Lively culture.
The Rimpa School which brought a variety of individuals into the art world. Whether practitioner or master. Characterized by vivid color, use of gold and silver, and decorative pattern.
Tarashikomi: Dropping of ink and pigments onto wet surfaces with previously applied ink and pigments.
The increasing amount of Sammurai brought for a pursuit for sensual pleasure and entertainment. Others who participated in this were educated.
Ukiyo (floating world): the best known products of the sophisticated counterculture. The subjects of these came from the realm of pleasure.
Nishiki-e (brocade pictures): Have brilliant color on quality paper using expensive pigments.
Incorporated Western perspective techniques. Throughout this period artists mix tradition with their own adaptations. Modern Japan 1868-1912 C.E. Meiji Period In the 20th century, Japan became prominent in economics, politics, and culture. Participation in World War II brought devestation, loss of life, and atomic bombings.
United States brought democratic institutions.
Japanese artists have brought Western lessons into a part of Japan's culture.
Traditional ceramics are highly valued.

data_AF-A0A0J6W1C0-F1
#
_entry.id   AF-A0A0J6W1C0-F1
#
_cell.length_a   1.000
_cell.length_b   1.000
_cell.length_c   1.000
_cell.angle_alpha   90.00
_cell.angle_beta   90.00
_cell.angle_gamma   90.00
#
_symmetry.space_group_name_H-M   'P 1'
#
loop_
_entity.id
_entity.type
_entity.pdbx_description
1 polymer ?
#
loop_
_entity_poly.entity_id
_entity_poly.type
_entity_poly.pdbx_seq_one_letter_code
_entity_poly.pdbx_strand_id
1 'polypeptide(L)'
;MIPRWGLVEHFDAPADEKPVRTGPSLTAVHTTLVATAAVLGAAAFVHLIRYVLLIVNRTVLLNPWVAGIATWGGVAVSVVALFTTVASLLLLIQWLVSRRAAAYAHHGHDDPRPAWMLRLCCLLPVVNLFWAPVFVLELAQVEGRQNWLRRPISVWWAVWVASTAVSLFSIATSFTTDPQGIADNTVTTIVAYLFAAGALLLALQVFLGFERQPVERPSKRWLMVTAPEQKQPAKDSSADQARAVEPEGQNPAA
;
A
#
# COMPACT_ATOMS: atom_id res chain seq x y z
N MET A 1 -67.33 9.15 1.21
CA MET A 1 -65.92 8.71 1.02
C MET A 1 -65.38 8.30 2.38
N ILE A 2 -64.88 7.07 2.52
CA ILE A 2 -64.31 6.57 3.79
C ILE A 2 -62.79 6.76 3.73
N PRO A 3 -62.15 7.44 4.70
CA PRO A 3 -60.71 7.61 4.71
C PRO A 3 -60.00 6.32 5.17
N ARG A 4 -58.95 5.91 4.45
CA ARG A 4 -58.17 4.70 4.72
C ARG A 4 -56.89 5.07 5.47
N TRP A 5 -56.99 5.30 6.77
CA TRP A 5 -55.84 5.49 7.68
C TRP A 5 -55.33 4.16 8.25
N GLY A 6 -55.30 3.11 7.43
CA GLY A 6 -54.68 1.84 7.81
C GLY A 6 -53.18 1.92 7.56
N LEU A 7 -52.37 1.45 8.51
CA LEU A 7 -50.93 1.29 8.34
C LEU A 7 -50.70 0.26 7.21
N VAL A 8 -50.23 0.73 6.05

Mingei: Folk pottery Contemporary Japanese art still incorporates Japanese culture from over the centuries. Bottle, Late Jamon Period,
Earthenware with incised designs. Bell (dotaku), Late Yayoi Period,
Bronze. Shaka triad, Tori Busshi,
Bronze. Taizokai (Womb World) of Ryokai Mandara,
Hanging scroll, color on silk. Detail of the priest Shunjobo Chogen,
Painted cypress wood. Broken ink landscape, Toyo Sesshu,
Hanging scroll, ink on paper. Pine Forest, Hasegawa Tohaku,
One of a pair of six-panel screens, ink on paper. Evening Bell at the Clock, from Eight Views of the Parlor series, Suzuki Harunobu,
Woodblock print. Large bowl, Hamada Shoji,
Black trails on translucent glaze. Haniwa boar,
Earthenware. Architecture Buddhist architecture was brought to Japan during these periods. The complexes included an image hall which housed sculptural icons for worship and prayer. Horyuji Temple, Nara, Japan Architecture The belief of Pure Land Buddhism was brought to all classes of Japan. The Phoenix Hall was depicted from the images of Buddha's Palace in his Pure Land. With the design of Great Chinese Palaces. (Floating weightlessness of Celestial Architecture because f light pillars, elevating wings, and above a reflective pond.) The Phoenix Hall has a bird like shape with ridgepoles that have phoenixes. The phoenixes represent imperial might. Phoenix Hall, Uji, Japan.
Fujiwara Yorimichi